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But the man who is a proud promoter of our town’s trademark food also has civic pride when it comes to Roeland Park, where he has lived for more than 40 years. As such, he and other locals have taken up the cause of improving Cooper Creek Park, a small park in the southeast corner of this Johnson County town.
“It’s one of the few natural habitats we have in the city,” said Davis, whom The Star has named a Kansas City Barbecue Legend.
As part of the Cooper Creek project, which includes removing invasive plants, the group would like to install a sign honoring the namesake of the linear park that serves as a gateway to Roeland Park — beyond saying it was named after the creek that runs through it, of course.
Problem is, the history of Cooper Creek was a mystery to the group, and Davis’ efforts to find answers proved fruitless. So he turned to “What’s your KCQ?” — The Star’s series with the Kansas City Public Library that answers readers’ queries about our region.
And this time, KCQ is turning to readers for help as well.
Davis provided a few leads, including the results of an inquiry to the staff at the Johnson County Museum, but the mystery remained stubborn. Jeremy Drouin, manager of the Missouri Valley Special Collections at the Kansas City Public Library, also came up empty except for a 1912 map.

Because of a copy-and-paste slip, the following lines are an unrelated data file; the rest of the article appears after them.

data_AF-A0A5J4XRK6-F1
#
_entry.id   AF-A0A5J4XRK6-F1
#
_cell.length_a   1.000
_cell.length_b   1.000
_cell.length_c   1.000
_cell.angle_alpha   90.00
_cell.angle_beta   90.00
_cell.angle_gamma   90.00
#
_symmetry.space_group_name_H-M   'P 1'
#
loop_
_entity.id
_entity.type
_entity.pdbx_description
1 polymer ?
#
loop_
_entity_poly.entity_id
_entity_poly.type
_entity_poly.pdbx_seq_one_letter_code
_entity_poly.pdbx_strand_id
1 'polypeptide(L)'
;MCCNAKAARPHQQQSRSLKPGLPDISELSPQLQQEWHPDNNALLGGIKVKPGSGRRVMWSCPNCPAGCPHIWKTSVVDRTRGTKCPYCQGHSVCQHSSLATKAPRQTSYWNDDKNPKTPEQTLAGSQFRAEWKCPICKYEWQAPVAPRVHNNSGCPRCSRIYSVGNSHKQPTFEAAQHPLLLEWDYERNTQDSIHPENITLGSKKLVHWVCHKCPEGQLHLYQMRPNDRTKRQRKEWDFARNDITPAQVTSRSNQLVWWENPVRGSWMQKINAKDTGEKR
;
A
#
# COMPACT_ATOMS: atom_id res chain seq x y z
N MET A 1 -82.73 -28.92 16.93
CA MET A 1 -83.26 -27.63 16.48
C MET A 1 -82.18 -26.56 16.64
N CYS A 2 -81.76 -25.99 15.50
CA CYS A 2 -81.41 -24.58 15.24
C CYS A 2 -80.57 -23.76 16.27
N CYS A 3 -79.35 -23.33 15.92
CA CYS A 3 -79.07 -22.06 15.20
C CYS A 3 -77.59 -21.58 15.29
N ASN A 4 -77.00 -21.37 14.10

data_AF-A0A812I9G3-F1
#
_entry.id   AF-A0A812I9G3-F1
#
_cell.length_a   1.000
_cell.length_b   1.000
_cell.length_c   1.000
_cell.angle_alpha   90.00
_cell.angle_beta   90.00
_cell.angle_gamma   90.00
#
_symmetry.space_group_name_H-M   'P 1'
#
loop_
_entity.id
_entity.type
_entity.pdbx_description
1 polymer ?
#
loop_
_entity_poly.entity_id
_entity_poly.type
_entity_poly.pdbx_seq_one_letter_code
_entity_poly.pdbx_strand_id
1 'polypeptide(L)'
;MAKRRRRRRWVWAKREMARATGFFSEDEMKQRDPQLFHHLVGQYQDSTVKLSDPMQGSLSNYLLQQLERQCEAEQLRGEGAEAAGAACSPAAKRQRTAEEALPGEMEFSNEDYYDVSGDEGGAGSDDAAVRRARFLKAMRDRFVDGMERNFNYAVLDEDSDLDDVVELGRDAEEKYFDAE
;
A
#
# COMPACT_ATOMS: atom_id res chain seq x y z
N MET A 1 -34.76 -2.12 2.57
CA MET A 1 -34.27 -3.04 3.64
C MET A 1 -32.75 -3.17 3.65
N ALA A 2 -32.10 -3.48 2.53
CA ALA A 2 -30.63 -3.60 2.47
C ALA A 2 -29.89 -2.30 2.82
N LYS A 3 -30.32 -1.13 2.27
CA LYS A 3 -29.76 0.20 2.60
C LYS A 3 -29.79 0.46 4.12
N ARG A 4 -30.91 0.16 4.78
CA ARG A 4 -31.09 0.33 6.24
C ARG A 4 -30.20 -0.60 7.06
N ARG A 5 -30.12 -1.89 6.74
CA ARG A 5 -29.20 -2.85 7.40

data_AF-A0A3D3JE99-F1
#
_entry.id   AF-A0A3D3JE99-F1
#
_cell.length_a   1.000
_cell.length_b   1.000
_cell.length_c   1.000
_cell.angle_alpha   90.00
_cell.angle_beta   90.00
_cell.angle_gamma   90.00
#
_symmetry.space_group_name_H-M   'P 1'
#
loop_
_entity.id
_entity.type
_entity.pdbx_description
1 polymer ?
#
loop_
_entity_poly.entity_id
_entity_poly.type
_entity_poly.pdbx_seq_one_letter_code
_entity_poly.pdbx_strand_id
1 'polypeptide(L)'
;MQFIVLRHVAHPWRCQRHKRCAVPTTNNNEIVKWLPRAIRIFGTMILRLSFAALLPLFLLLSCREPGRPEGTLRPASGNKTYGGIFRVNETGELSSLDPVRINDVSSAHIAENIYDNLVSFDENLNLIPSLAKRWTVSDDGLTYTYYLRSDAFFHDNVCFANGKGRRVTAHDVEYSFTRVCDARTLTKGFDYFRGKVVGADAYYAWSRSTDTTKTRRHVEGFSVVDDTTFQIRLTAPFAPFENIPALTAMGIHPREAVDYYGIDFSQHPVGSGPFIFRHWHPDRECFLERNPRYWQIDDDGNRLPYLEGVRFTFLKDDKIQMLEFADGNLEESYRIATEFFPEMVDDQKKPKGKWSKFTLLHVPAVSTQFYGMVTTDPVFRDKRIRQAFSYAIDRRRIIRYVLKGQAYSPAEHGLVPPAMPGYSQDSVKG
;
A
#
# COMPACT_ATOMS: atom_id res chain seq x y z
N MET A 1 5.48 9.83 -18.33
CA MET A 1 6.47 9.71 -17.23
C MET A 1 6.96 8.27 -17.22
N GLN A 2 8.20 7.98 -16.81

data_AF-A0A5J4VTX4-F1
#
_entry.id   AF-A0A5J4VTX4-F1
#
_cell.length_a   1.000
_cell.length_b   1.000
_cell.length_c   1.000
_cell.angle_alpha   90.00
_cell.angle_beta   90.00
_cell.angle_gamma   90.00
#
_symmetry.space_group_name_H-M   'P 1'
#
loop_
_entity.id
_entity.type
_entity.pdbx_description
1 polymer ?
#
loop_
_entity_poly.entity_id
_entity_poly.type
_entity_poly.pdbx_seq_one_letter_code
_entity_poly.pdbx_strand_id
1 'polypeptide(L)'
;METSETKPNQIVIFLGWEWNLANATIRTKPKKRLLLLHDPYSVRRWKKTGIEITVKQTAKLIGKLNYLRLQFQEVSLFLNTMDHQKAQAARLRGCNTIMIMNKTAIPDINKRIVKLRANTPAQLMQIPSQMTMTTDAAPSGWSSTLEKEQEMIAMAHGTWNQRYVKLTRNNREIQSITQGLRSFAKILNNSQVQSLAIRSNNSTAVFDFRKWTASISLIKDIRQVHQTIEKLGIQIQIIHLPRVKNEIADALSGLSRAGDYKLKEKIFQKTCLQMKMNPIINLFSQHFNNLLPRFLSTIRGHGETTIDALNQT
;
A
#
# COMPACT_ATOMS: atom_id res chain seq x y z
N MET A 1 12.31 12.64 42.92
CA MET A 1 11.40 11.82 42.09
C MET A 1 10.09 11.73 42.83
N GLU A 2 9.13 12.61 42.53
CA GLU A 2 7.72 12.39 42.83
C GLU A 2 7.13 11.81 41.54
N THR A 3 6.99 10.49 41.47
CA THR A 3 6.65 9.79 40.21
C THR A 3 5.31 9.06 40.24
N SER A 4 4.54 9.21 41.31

Roeland Park’s website provides a 100-page history that includes no mention of how Cooper Creek or Cooper Creek Park got their names. It reveals no historical figures or long-term residents named Cooper, nor any mayors. The list of City Council members includes a Roger Cooper, but he served during 2001-06 and indicates he has no ancestors who might have been around when the creek was named.
The naming timeline is another conundrum. The creek shows up on maps dating from 1874 to 1922, but with no name attached. Roeland Park, which lies in northeast Johnson County and borders Wyandotte County, wasn’t incorporated until 1951.
Old plat maps show the creek lying in Mission Township, with no properties in the area belonging to anybody named Cooper. Henry Coppock was a major landowner in the area, however. Could the creek’s name of Cooper have somehow evolved from Coppock? If so, there is no record of it.
The earliest maps, in fact, indicate Johnson County had not a single landowner named Cooper, although an S.V. Cooper showed up in far-south Aubry Township on an 1886 map. Not a likely candidate for the naming of a creek many miles away.
Somewhat closer to our enigmatic creek were several Coopers — including the distinguished-sounding Lycurgus Cicero Cooper — in the Olathe area in the late 18th century, according to a search on Find A Grave. But Ancestry.com provided no links between any of them and the area where our creek runs.
Cooper Creek, by the way, runs only a mile-and-a-half, eventually flowing into Brush Creek, then onto the Blue River. Most of it, except for the portion in the park, now runs underground.